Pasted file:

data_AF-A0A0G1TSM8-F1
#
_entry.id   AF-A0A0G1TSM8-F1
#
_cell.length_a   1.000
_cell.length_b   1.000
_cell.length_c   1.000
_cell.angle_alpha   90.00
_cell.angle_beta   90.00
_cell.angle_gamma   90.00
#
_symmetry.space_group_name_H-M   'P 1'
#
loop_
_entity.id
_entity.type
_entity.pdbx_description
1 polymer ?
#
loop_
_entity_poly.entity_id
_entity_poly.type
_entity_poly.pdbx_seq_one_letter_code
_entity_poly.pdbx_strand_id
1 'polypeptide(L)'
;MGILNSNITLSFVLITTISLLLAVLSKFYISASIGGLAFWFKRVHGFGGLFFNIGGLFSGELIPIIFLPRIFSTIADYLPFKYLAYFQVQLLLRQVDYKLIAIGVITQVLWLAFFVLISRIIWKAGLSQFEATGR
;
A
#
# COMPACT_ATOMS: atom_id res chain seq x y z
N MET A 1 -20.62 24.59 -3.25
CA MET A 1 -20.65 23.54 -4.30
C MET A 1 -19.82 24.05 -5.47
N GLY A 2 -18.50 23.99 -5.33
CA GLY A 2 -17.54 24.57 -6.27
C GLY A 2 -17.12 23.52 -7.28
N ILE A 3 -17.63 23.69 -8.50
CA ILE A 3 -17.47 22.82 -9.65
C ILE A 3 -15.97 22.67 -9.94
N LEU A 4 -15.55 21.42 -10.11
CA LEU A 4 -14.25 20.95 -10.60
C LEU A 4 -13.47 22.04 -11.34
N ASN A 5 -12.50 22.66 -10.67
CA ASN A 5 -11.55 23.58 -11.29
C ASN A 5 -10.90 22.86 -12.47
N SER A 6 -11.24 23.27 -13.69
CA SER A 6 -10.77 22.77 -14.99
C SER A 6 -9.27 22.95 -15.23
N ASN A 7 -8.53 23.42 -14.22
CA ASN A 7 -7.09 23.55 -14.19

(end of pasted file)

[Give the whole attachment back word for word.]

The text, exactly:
data_AF-A0A0G1TSM8-F1
#
_entry.id   AF-A0A0G1TSM8-F1
#
_cell.length_a   1.000
_cell.length_b   1.000
_cell.length_c   1.000
_cell.angle_alpha   90.00
_cell.angle_beta   90.00
_cell.angle_gamma   90.00
#
_symmetry.space_group_name_H-M   'P 1'
#
loop_
_entity.id
_entity.type
_entity.pdbx_description
1 polymer ?
#
loop_
_entity_poly.entity_id
_entity_poly.type
_entity_poly.pdbx_seq_one_letter_code
_entity_poly.pdbx_strand_id
1 'polypeptide(L)'
;MGILNSNITLSFVLITTISLLLAVLSKFYISASIGGLAFWFKRVHGFGGLFFNIGGLFSGELIPIIFLPRIFSTIADYLPFKYLAYFQVQLLLRQVDYKLIAIGVITQVLWLAFFVLISRIIWKAGLSQFEATGR
;
A
#
# COMPACT_ATOMS: atom_id res chain seq x y z
N MET A 1 -20.62 24.59 -3.25
CA MET A 1 -20.65 23.54 -4.30
C MET A 1 -19.82 24.05 -5.47
N GLY A 2 -18.50 23.99 -5.33
CA GLY A 2 -17.54 24.57 -6.27
C GLY A 2 -17.12 23.52 -7.28
N ILE A 3 -17.63 23.69 -8.50
CA ILE A 3 -17.47 22.82 -9.65
C ILE A 3 -15.97 22.67 -9.94
N LEU A 4 -15.55 21.42 -10.11
CA LEU A 4 -14.25 20.95 -10.60
C LEU A 4 -13.47 22.04 -11.34
N ASN A 5 -12.50 22.66 -10.67
CA ASN A 5 -11.55 23.58 -11.29
C ASN A 5 -10.90 22.86 -12.47
N SER A 6 -11.24 23.27 -13.69
CA SER A 6 -10.77 22.77 -14.99
C SER A 6 -9.27 22.95 -15.23
N ASN A 7 -8.53 23.42 -14.22
CA ASN A 7 -7.09 23.55 -14.19